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Current Page: U.S. | Monday, May 06, 2019
Remembering Rachel Held Evans: #BecauseOfRHE

Remembering Rachel Held Evans: #BecauseOfRHE

Rachel Held Evans, author of "A Year of Biblical Womanhood." | Twitter/Rachel Held Evans

Rachel Held Evans was remembered for her encouragement and honesty by friends and acquaintances after she passed away on Saturday morning.

Matthew Paul Turner, a fellow author and friend of Evans, shared Saturday on Facebook, "My dear friend @Rachelheldevans has crossed over into the great mystery. Last night, I whispered in her ear: 'Thank you, Rachel. Thank you for breaking down walls and parting dead seas and fighting for those who Christianity often silences. We will share your story, friend. We will fight for the things you fought for and we’ll stand against the things you challenged. Now go rest. Well done.'"

Evans, a Christian author and public speaker, was raised in a conservative evangelical home but later became an Episcopalian and advocate of liberal Christianity.

Michael Curry, presiding bishop of the Episcopal Church, wrote in part, "She was a fearless seeker of truth and servant of Jesus, and her witness will inspire and heal generations to come."

John Dickerson, co-anchor of "CBS This Morning," shared on Twitter, "You may not know of @rachelheldevans, you may not believe, or you may believe & disagree with her, but there is a heaving river of testimony & love rolling today that is a marvel. May grace, or its pursuit, rush through the doors her light opened & her memory is opening still."

The hashtag #BecauseOfRHE was trending on Twitter among her fans and friends. Many shared how Evans had touched their lives.

Evans was known for sending encouraging private messages to people she knew.

Jack Jenkins, a reporter for Religion News Service, noted that Evans "was a religion writer, and would periodically reach out to many of us reporters — unsolicited — with random words of encouragement. Just because. Even if she disagreed. People don’t do that. It’s hard to overstate how beloved she was."

Freelance writer Laura Turner shared a message she once received from Evans and suggested that others do the same. "Notes like this from Rachel — the first note I got from her — were part of the package deal of being her friend. Or even her acquaintance. She was encouraging when she had to reason to be, to people who offered her no benefit or status. She loved beautifully," Turner wrote.

The message Evans sent her read: "Just saw you were getting some flack for that great article on feminism. Just wanna say I'm cheering you on and I've got your back! Great piece. Keep speakin' the truth, lady. You're a woman of valor!"

At Turner's prompting, Slate writer Ruth Graham posted a "favorite" email message she got from Evans in 2014 with the subject line, "The Internet Is Mean." Evans noted she said a prayer for Graham and encouraged her to "hang in there" after apparently watching mean-spirited critics. "I'm sorry people can be so cruel," she added. "Disagreeing with your opinion is one thing; making judgements about your character is quite another."

Evans was also remembered for sharing her thoughts honestly and straightforwardly.

"I will really miss how @rachelheldevans could just get right to the heart of it, without superfluous poetry or fanfare. She had a black belt in truth telling, unsullied by ego or self consciousness or branding or platform. Just unadorned truth," singer and songwriter Nichole Nordeman wrote.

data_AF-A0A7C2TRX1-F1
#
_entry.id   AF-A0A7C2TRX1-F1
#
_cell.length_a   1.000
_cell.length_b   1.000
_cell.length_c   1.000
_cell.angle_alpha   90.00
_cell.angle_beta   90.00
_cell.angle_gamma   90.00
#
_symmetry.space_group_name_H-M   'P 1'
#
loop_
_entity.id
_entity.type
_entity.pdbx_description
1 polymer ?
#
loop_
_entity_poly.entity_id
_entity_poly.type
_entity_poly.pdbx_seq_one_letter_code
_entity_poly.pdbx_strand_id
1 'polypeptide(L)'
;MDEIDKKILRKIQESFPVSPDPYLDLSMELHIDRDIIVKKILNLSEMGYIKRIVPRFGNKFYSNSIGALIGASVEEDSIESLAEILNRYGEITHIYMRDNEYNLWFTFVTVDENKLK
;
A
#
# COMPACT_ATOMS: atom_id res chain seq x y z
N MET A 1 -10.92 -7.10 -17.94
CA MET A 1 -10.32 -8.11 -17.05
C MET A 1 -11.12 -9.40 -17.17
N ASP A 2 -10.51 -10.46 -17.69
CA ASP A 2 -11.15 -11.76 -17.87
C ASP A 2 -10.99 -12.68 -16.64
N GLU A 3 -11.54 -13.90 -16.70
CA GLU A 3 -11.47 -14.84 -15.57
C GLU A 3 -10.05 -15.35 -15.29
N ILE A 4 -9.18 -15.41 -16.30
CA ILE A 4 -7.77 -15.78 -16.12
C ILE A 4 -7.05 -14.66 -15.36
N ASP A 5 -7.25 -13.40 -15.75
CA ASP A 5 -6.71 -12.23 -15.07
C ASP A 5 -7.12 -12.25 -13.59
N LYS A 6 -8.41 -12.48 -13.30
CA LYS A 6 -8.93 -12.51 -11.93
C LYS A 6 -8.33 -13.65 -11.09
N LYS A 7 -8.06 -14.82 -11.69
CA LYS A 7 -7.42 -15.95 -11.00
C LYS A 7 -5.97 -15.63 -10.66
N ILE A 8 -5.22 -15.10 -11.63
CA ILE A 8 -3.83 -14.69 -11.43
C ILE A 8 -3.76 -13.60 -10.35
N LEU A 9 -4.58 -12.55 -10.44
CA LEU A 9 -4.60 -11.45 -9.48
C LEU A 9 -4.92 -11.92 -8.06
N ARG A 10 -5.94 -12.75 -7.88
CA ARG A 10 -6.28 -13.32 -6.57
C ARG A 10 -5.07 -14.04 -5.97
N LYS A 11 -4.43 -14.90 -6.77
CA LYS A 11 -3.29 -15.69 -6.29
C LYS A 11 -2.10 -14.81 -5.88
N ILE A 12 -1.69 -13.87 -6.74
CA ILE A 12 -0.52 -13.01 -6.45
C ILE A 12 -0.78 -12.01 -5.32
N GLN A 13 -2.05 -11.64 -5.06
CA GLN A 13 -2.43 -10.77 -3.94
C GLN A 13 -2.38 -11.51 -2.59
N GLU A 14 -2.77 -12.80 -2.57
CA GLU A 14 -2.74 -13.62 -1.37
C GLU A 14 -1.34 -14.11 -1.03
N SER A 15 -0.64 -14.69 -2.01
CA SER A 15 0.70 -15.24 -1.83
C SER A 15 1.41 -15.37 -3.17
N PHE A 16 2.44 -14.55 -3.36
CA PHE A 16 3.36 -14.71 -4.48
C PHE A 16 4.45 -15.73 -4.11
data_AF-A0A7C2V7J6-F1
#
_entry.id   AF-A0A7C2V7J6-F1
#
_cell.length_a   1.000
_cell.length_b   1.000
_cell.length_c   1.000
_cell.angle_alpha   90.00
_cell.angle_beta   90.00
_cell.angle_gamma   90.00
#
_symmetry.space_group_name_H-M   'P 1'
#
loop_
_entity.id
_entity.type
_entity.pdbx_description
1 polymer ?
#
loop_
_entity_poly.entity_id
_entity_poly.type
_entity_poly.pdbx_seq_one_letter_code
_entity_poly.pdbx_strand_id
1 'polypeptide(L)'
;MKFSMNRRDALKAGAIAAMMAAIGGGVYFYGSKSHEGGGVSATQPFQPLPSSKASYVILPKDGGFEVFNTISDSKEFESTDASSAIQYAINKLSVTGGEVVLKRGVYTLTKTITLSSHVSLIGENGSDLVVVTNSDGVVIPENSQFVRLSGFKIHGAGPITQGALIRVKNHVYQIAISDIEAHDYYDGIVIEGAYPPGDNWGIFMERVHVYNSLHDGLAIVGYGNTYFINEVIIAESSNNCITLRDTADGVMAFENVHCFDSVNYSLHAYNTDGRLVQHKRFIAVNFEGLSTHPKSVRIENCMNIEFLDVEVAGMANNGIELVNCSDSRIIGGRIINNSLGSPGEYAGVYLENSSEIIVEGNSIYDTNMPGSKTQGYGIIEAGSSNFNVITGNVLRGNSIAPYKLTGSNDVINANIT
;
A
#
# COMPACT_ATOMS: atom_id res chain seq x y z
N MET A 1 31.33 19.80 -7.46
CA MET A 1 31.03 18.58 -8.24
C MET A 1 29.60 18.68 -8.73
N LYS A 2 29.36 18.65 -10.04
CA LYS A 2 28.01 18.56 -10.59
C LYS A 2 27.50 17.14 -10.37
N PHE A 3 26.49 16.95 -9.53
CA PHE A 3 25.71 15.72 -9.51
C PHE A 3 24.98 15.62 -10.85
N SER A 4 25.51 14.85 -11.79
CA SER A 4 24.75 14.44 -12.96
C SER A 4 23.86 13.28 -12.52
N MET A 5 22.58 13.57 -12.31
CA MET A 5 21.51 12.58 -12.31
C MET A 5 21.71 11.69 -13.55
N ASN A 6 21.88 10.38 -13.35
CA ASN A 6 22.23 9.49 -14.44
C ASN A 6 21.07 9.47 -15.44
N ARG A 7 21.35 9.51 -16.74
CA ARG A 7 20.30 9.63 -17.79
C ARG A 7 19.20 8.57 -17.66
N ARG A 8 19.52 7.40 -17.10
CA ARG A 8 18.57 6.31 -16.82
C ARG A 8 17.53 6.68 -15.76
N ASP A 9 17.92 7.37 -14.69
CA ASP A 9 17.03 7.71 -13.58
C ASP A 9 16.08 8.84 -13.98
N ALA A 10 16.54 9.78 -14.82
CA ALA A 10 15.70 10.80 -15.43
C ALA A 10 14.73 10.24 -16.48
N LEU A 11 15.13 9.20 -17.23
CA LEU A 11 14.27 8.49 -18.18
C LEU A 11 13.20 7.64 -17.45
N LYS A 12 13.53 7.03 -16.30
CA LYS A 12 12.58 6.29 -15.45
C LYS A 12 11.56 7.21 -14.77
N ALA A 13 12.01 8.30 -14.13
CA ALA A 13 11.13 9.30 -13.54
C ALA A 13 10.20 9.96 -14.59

Many of the remembrances came from allies of her theology and politics. But fond memories of their engagements were also shared by conservatives.

Evangelical author and speaker Beth Moore described Evans as "alarmingly honest."

"Thinking what it was about @rachelheldevans that could cause many on other sides of issues to take their hats off to her in her death. People are run rife with grief for her babies, yes. But also I think part of it is that, in an era of gross hypocrisy, she was alarmingly honest," she wrote.

Trillia Newbell, director of community outreach at the Southern Baptist Convention's Ethics and Religious Liberty Commission, responded to Moore's tweet, noting that her last exchange with Evans was a private conversation over a theological disagreement. Evans urged her to "pushback" publicly, Newbell recalled, "because if she was wrong it could be helpful for others."

"So I did. It was a wonderfully encouraging and civil exchange," Newbell wrote.

Beth Moore replied that what tied Evans and her together "was being the two most despised women in the Christian sector of social media and usually for opposite reasons. Talk about a peculiar bond. But it caused us to check on each other. The world feels bleaker today."

ERLC President Russell Moore encouraged people to give to the GoFundMe page for the Evans family to help with the medical bills.

Pete Enns, Abram S. Clemens Professor of Biblical Studies at Eastern University, shared a modified version of a prayer found in the Book of Common Prayer.

Depart, O woman of valor, out of this world;
In the Name of God the Father Almighty who created you;
In the Name of Jesus Christ who redeemed you;
In the Name of the Holy Spirit who sanctifies you.

Evans is survived by her husband, Dan, and two children, a 3-year-old and a less than 1-year-old baby. She authored four books, including New York Times best-seller A Year of Biblical Womanhood.

Napp Nazworth, Ph.D., is political analyst and politics editor for The Christian Post. Contact: napp.nazworth@christianpost.com, @NappNazworth (Twitter)

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